Female GPs earn £40,000 less, on average, than male colleagues

More men are choosing to become partners at their surgeries, leading to huge disparities in earnings

This is an edited version of an article first published by the Independent

Women GPs earn an average of £40,000 a year less than their male colleagues – one of the worst gender pay gaps for any profession – according to IPPR study. Researchers largely blame the 35% pay gap on a two-tier system in which more men choose to operate as private contractors with the NHS, running their practicee as businesess.

The pay disparity can affect GPs of all ages and grades, according to a study by the Institute for Public Policy Research (IPPR). “The gender pay gap, in this day and age, is something that we, as a society, should be ashamed of, and we need to work harder to examine more closely, and address, the issues that lead to this in the medical profession,” senior GP, Dr Farah Jameel, said.

On average, a male GP earns an estimated £110,000 a year, while their female colleagues earn an estimated £70,000 – meaning women earn just 65p for every £1 earned by their male counterparts. For all NHS doctors, not just GPs, the gender pay gap is 17%; the UK average is 16.2.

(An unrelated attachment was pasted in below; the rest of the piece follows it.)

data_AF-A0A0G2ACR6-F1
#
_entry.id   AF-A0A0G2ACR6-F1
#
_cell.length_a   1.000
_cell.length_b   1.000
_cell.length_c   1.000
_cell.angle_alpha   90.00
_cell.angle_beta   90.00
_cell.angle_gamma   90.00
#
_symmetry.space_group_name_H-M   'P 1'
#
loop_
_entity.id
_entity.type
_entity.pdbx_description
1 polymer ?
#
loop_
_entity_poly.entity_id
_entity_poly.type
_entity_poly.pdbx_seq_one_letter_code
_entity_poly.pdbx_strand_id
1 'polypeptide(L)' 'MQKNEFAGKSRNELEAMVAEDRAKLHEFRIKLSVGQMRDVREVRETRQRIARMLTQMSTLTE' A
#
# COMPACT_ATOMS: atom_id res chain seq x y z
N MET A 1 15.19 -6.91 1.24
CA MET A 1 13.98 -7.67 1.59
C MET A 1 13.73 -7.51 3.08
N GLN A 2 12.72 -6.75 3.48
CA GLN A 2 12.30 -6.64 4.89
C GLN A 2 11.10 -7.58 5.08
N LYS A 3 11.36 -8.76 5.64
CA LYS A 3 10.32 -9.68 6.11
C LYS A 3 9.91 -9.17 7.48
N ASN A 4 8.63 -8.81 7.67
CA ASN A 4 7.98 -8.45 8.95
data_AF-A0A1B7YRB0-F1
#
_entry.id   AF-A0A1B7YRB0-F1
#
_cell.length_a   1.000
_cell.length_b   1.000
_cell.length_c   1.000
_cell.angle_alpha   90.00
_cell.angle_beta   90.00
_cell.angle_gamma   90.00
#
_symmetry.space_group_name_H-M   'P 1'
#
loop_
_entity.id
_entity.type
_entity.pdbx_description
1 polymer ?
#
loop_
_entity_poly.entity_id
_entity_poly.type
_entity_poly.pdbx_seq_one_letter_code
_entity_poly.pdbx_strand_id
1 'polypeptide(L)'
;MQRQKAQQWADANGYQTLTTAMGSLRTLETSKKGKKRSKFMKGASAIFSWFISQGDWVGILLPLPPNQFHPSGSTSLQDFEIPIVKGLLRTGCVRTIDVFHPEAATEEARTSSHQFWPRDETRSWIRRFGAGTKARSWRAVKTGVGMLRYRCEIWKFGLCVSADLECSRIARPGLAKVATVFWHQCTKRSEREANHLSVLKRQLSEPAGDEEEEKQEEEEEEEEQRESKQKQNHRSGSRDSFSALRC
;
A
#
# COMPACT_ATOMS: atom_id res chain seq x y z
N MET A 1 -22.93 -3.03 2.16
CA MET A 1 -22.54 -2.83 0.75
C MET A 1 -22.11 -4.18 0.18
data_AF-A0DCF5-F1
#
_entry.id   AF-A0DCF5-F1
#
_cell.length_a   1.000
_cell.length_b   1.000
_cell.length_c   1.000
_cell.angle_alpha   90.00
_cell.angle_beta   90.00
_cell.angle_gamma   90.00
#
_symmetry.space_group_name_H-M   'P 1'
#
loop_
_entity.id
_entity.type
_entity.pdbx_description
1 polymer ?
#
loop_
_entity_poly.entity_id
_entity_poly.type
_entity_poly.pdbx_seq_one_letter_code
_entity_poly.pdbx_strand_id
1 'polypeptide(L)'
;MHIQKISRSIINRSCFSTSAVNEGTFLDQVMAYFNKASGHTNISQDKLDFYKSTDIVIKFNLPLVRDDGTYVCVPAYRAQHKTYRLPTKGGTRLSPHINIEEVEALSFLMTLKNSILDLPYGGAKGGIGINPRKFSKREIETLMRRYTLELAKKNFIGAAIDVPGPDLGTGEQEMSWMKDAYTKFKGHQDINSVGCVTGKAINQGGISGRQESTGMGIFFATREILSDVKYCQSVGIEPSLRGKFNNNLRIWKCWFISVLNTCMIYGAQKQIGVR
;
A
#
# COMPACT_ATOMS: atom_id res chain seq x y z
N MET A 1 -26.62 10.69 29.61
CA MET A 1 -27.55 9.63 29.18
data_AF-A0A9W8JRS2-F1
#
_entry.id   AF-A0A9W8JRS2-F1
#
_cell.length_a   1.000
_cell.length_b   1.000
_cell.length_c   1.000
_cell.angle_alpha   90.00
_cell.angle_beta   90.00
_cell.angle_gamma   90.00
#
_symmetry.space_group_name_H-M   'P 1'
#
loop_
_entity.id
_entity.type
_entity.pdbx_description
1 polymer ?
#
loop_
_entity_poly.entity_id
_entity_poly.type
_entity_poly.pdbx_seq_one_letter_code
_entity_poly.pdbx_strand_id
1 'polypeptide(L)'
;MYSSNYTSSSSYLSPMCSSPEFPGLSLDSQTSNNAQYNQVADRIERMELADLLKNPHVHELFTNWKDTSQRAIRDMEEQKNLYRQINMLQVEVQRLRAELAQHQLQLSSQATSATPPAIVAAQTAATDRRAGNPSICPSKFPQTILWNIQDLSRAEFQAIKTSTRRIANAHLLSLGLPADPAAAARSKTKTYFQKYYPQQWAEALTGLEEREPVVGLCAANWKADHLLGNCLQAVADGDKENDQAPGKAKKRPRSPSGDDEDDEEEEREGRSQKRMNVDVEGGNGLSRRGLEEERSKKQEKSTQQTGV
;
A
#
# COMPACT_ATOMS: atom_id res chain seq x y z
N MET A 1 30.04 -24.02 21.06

One major cause is the development of the two-tier model. A partner GP can earn around £109,000 a year, on average, whilst a salaried GP earns, on average, £58,000 a year. The unequal distribution of men and women in partner and salaried contracts is a clear driver of unequal pay – researchers found almost 80% of male GPs are partners, compared with 50% of women.

“For many female doctors – many of whom will have family or caring responsibilities – working flexibly is the right thing for them, and salaried roles, at present, are able to provide a greater control over work-life balance,” Dr Jameel, a senior member of the GP committee at the British Medical Association trade union, added.

“However, partnerships, too, can offer a great opportunity for flexible ways of working, which could be positive for the recruitment and retention of women – but action must first be taken to reduce the risks that put off GPs of all genders from currently taking on this role.”

GPs have the fifth largest pay gap of any profession in the country and, while more women work part-time, women working full-time are still paid 17% less than men doing an equivalent role. “The GP pay gap is a shocking indictment of the inequality in medicine, and society more widely,” Chris Thomas, research fellow and lead author of the study, said. “As it stands, the general practice pay gap is the equivalent of a woman GP working for free between the August bank holiday weekend and Christmas. The onus is on government to use their majority to make sure general practice works fairly for all our hard-working medical professionals.”

Professor Martin Marshall, chair of the Royal College of GPs, said, “It is vital that women are not limited by glass ceilings and barriers – gender equality must be reflected across the entire profession, including within management and leadership positions, such as practice partnerships.

“If such barriers are identified, then they must be addressed.”

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